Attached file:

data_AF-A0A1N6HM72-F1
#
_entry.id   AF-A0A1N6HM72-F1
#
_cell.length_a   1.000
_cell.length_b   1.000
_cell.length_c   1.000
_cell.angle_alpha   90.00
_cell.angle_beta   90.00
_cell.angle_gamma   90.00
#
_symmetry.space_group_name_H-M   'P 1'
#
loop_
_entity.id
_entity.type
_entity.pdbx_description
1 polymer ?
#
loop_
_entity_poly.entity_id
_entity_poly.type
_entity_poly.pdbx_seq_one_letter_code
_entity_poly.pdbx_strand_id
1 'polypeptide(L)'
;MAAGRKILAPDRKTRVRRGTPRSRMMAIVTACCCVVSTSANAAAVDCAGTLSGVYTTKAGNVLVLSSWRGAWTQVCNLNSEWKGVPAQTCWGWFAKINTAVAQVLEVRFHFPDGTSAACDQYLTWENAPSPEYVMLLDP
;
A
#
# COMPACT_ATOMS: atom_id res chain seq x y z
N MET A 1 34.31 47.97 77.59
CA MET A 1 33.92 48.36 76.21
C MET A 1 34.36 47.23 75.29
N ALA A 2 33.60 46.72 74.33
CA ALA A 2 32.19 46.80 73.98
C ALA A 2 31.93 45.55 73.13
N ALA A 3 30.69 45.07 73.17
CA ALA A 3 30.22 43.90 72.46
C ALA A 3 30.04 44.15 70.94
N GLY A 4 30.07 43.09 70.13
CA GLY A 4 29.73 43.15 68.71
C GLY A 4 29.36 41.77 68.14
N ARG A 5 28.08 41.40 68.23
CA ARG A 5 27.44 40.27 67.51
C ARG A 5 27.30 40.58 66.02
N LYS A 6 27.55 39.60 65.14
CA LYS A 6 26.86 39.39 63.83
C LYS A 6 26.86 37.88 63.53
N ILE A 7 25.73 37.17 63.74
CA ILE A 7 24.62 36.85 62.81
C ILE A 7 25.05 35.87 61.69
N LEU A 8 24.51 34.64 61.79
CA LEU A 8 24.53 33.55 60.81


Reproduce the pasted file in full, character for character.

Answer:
data_AF-A0A1N6HM72-F1
#
_entry.id   AF-A0A1N6HM72-F1
#
_cell.length_a   1.000
_cell.length_b   1.000
_cell.length_c   1.000
_cell.angle_alpha   90.00
_cell.angle_beta   90.00
_cell.angle_gamma   90.00
#
_symmetry.space_group_name_H-M   'P 1'
#
loop_
_entity.id
_entity.type
_entity.pdbx_description
1 polymer ?
#
loop_
_entity_poly.entity_id
_entity_poly.type
_entity_poly.pdbx_seq_one_letter_code
_entity_poly.pdbx_strand_id
1 'polypeptide(L)'
;MAAGRKILAPDRKTRVRRGTPRSRMMAIVTACCCVVSTSANAAAVDCAGTLSGVYTTKAGNVLVLSSWRGAWTQVCNLNSEWKGVPAQTCWGWFAKINTAVAQVLEVRFHFPDGTSAACDQYLTWENAPSPEYVMLLDP
;
A
#
# COMPACT_ATOMS: atom_id res chain seq x y z
N MET A 1 34.31 47.97 77.59
CA MET A 1 33.92 48.36 76.21
C MET A 1 34.36 47.23 75.29
N ALA A 2 33.60 46.72 74.33
CA ALA A 2 32.19 46.80 73.98
C ALA A 2 31.93 45.55 73.13
N ALA A 3 30.69 45.07 73.17
CA ALA A 3 30.22 43.90 72.46
C ALA A 3 30.04 44.15 70.94
N GLY A 4 30.07 43.09 70.13
CA GLY A 4 29.73 43.15 68.71
C GLY A 4 29.36 41.77 68.14
N ARG A 5 28.08 41.40 68.23
CA ARG A 5 27.44 40.27 67.51
C ARG A 5 27.30 40.58 66.02
N LYS A 6 27.55 39.60 65.14
CA LYS A 6 26.86 39.39 63.83
C LYS A 6 26.86 37.88 63.53
N ILE A 7 25.73 37.17 63.74
CA ILE A 7 24.62 36.85 62.81
C ILE A 7 25.05 35.87 61.69
N LEU A 8 24.51 34.64 61.79
CA LEU A 8 24.53 33.55 60.81